Illinois  |  Appeals and Writs

Legal Question

Asked on: 1/08/12, 1:52 am

Can police perjury vacate verdict in unrelated case?

Can prior, provable perjury of police officers in a civil suit in which they were defendants/witnesses be used as grounds for an appeal of a verdict in an unrelated criminal case that took place some years later?

These police officers were major witnesses against the criminal

defendant who had unsuccessfully raised issues of police misconduct in his defense. The extensive prior perjury was unknown by both the prosecutor and defense attorney. I doubt that had the jury known of the prior perjury of the NY State Police witnesses that a conviction would have resulted. Certainly the credibility of the police would have been destroyed.

This was a western NY case, People v Beaufort-Cutner which later became a made for TV movie.

1 Answer

Answered on: 1/08/12, 5:07 pm by Edward Hoffman

Discovering new evidence long after a trial is over generally will not support an appeal. That is especially true where, as here, defense counsel knew of the evidence at the time and just didn't do anything with it. It must be too late by now to appeal the conviction, but even if this evidence had come to light earlier it likely still would not have helped in a direct appeal.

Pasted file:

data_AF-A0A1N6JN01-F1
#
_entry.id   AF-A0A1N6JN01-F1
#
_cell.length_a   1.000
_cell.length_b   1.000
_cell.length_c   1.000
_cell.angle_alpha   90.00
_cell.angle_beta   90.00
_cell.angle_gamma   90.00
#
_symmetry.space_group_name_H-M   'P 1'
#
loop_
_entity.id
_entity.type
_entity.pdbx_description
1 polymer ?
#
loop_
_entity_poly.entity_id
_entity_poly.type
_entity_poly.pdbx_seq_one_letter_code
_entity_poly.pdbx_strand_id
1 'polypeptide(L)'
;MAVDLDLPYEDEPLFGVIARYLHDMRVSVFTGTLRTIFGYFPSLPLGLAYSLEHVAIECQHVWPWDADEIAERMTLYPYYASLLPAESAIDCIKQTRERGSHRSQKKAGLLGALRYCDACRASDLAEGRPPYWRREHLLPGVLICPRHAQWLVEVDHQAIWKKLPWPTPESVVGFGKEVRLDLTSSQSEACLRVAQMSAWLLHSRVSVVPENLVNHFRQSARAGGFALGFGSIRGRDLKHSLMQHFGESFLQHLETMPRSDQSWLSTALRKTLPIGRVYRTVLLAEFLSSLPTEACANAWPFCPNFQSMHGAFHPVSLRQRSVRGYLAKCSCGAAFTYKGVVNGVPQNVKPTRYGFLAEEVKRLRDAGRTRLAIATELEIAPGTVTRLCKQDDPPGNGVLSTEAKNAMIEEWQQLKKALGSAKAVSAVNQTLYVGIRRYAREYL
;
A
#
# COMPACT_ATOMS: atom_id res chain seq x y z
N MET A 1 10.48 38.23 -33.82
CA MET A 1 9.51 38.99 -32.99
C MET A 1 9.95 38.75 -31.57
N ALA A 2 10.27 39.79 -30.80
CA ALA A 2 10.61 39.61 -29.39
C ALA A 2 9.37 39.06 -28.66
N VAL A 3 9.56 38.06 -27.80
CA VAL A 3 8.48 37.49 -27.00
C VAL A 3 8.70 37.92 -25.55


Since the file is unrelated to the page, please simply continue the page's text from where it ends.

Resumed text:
But a new appeal is not the defendant's only option. He may be able to petition for a writ of habeas corpus instead. Proof that his lawyers had solid impeachment evidence that they failed to use against key prosecution witnesses might be enough to get his conviction thrown out, though I can think of many reasons why it might not. Even if the petition succeeds, the state will have the option of re-trying him.

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